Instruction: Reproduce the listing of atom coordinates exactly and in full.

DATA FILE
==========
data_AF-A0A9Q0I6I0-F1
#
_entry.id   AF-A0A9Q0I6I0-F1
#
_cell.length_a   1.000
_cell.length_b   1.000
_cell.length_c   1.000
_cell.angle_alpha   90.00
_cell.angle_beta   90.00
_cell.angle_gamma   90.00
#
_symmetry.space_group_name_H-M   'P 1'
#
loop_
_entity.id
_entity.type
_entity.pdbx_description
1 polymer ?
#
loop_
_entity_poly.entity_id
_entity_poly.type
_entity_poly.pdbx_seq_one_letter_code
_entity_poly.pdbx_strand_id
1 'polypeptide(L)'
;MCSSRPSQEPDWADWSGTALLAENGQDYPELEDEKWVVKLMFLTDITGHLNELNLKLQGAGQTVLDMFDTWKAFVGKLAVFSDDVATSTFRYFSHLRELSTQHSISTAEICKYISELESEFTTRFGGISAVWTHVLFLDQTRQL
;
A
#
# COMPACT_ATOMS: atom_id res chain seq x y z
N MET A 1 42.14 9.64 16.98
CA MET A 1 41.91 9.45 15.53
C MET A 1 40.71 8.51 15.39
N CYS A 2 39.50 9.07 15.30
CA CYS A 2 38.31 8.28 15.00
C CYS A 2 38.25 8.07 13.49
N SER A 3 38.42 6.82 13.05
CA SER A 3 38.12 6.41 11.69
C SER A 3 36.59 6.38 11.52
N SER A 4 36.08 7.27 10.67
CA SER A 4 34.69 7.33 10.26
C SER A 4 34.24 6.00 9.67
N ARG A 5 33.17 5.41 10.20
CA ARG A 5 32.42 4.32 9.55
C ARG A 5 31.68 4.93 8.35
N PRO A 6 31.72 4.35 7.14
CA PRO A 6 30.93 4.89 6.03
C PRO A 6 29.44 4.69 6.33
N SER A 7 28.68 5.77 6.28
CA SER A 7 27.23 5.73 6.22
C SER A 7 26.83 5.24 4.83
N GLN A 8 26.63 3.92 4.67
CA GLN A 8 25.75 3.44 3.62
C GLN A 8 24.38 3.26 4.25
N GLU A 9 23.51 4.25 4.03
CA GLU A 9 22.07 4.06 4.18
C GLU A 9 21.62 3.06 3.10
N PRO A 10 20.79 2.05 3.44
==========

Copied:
data_AF-A0A9Q0I6I0-F1
#
_entry.id   AF-A0A9Q0I6I0-F1
#
_cell.length_a   1.000
_cell.length_b   1.000
_cell.length_c   1.000
_cell.angle_alpha   90.00
_cell.angle_beta   90.00
_cell.angle_gamma   90.00
#
_symmetry.space_group_name_H-M   'P 1'
#
loop_
_entity.id
_entity.type
_entity.pdbx_description
1 polymer ?
#
loop_
_entity_poly.entity_id
_entity_poly.type
_entity_poly.pdbx_seq_one_letter_code
_entity_poly.pdbx_strand_id
1 'polypeptide(L)'
;MCSSRPSQEPDWADWSGTALLAENGQDYPELEDEKWVVKLMFLTDITGHLNELNLKLQGAGQTVLDMFDTWKAFVGKLAVFSDDVATSTFRYFSHLRELSTQHSISTAEICKYISELESEFTTRFGGISAVWTHVLFLDQTRQL
;
A
#
# COMPACT_ATOMS: atom_id res chain seq x y z
N MET A 1 42.14 9.64 16.98
CA MET A 1 41.91 9.45 15.53
C MET A 1 40.71 8.51 15.39
N CYS A 2 39.50 9.07 15.30
CA CYS A 2 38.31 8.28 15.00
C CYS A 2 38.25 8.07 13.49
N SER A 3 38.42 6.82 13.05
CA SER A 3 38.12 6.41 11.69
C SER A 3 36.59 6.38 11.52
N SER A 4 36.08 7.27 10.67
CA SER A 4 34.69 7.33 10.26
C SER A 4 34.24 6.00 9.67
N ARG A 5 33.17 5.41 10.20
CA ARG A 5 32.42 4.32 9.55
C ARG A 5 31.68 4.93 8.35
N PRO A 6 31.72 4.35 7.14
CA PRO A 6 30.93 4.89 6.03
C PRO A 6 29.44 4.69 6.33
N SER A 7 28.68 5.77 6.28
CA SER A 7 27.23 5.73 6.22
C SER A 7 26.83 5.24 4.83
N GLN A 8 26.63 3.92 4.67
CA GLN A 8 25.75 3.44 3.62
C GLN A 8 24.38 3.26 4.25
N GLU A 9 23.51 4.25 4.03
CA GLU A 9 22.07 4.06 4.18
C GLU A 9 21.62 3.06 3.10
N PRO A 10 20.79 2.05 3.44